RPT-CANADA FX DEBT-C$ sags, but off lows with commodities rally

Wed May 25, 2011 5:47pm EDT
 
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 (Repeats to fix verb tense in first paragraph)
 * C$ eases to C$0.9779 to the U.S. dollar, or $1.0226
 * Bond prices rise on euro-zone concerns
 * Canada three-year bond auction receives strong demand
 By John McCrank
 TORONTO, May 25 (Reuters) - Canada's dollar weakened
slightly on Wednesday, though rallying commodity prices helped
the currency rebound from early-session lows triggered by
Europe's sovereign debt problems.
 The currency hit its weakest level against the greenback
since March 28 -- C$0.9816 to the U.S. dollar, or $1.0186 --
early in the day as investors fretted over Greece's ability to
impose tough austerity measures and the possibility that it may
have to restructure its debt. [ID:nLDE74O0PW]
 The concerns initially gave a bid to the safe-haven U.S.
dollar and weighed on commodity-linked currencies, like the
Canadian dollar. The euro slumped to a record low against the
Swiss franc. [ID:nN25168177]
 The Canadian dollar CAD=D4 ended the North American
session at C$0.9779 to the U.S. dollar, or $1.0226, down from
C$0.9761 to the U.S. dollar, or $1.0245, at Tuesday's close.
 "The fact that we're closing around where we closed
yesterday hides some of the movement that we saw today and
certainly hides what's happened in other markets," said Camilla
Sutton, chief currency strategist at Scotia Capital.
 Commodity markets gained steam during the session. That
boosted resource stocks, which helped Wall Street end a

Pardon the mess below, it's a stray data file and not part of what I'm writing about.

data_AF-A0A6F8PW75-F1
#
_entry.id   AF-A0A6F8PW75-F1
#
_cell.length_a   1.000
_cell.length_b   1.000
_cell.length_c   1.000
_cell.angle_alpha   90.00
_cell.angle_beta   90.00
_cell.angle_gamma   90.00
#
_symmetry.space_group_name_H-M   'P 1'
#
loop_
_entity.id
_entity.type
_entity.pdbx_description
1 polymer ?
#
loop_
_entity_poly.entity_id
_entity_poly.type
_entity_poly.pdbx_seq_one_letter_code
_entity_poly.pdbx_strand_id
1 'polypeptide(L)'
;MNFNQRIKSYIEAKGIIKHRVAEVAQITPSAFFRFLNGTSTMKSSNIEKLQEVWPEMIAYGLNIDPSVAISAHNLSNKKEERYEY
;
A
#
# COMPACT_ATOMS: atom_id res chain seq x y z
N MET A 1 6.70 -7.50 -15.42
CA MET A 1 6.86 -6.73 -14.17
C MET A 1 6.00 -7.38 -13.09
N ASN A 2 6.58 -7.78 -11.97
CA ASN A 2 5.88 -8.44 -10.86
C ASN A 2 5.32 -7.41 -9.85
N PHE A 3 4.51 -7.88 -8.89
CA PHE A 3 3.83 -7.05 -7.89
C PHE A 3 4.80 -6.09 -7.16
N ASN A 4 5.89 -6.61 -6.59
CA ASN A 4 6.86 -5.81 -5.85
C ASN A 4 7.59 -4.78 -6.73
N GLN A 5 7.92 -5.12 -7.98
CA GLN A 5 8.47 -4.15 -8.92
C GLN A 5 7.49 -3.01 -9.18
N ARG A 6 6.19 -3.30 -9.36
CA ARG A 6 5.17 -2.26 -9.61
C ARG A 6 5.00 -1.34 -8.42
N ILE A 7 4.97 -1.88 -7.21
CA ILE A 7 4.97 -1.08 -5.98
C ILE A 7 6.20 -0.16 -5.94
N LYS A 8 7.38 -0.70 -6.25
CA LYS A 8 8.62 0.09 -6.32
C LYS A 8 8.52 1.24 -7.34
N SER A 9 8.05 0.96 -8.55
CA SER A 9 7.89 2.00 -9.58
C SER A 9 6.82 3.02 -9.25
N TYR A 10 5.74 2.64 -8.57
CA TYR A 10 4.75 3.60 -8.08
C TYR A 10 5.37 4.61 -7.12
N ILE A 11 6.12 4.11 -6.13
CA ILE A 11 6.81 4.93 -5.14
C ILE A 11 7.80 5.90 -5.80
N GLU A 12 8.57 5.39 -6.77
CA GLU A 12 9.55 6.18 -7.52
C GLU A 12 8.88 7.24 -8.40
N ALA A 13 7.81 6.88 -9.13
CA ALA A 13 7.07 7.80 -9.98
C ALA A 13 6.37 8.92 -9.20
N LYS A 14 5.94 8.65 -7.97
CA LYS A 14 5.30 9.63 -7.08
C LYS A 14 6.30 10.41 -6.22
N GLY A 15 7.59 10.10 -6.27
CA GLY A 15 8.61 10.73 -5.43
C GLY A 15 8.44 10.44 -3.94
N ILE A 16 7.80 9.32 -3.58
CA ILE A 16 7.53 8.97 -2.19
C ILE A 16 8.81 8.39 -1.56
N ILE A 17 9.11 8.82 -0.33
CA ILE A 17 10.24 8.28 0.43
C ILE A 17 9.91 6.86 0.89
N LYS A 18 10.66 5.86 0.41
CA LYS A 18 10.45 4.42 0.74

three-day slump and the Toronto Stock Exchange rise more than 1
percent. [ID:nN25169951] [ID:nTZOPGE72G]
 Canada is a major exporter of commodities and moves in
their prices often influence the country's currency.
 Gold prices XAU= surged to a three-week high above $1,532
per troy ounce. [GOL/]
 U.S. oil prices also rose, hitting a two-week high above
$101 a barrel after U.S. data showed an unexpected drop in
inventories of distillates. [O/R]
 The Reuters-Jefferies CRB index .CBR, a global benchmark
made up of a basket of 19 commodities, rose 1.53 percent, with
copper [MET/L] up nearly 3 percent and wheat [GRA/] up over 2
percent. [ID:nLDE74O0GQ]
 The Canadian dollar has been on a downward trend versus the
greenback in recent weeks, and the late session rally was not
enough to reverse that trend.
 "For the past week we have sort of chipped away at rate
expectations in Canada, and so that's had some impact in Canada
as far as undermining the Canadian dollar," said Mark Chandler
head of Canadian fixed income and currency strategy at RBC
Capital Markets.
 Rate hike expectations have been diminished by
disappointing economic data and dovish comments from Bank of
Canada Governor Mark Carney. [ID:nN20206551]
 The central bank's next policy setting meeting is May 31.
Swaps markets show that over the past week traders have cut
their bets on rate hikes at every Bank of Canada announcement
date from July to December. BOCWATCH
 The Bank of Canada's key policy rate has remained at 1
percent since September.
 BONDS RISE
 Canadian bond prices rose on safe haven buying, and were
given an additional boost by strong results of government debt
auctions in both Canada and the United States.
 "We had a very strong three-year auction in Canada and a
very strong five year auction in the U.S. and so both of those
helped influence that market in particular," Chandler said.
 A C$3 billion auction of three-year Canadian government
bonds produced an average yield of 2.037 percent, down from
2.251 percent at the last three-year bond auction in April.
[ID:nN25144456]
 There was just under C$8.3 billion in bids from primary
dealers, resulting in a bid-to-cover ratio of 2.766, higher
than the 2.5 average of the past five auctions, and the highest
for a three-year auction since August 2010.
 The three-year bond CA3YT=RR ended up 8 Canadian cents to
yield 1.909 percent.
 Canada's two-year bond CA2YT=RR gained 3 Canadian cents
to yield 1.586 percent, while the 10-year bond CA10YT=RR
added 19 Canadian cents to yield 3.088 percent.
 (Editing by Jeffrey Hodgson)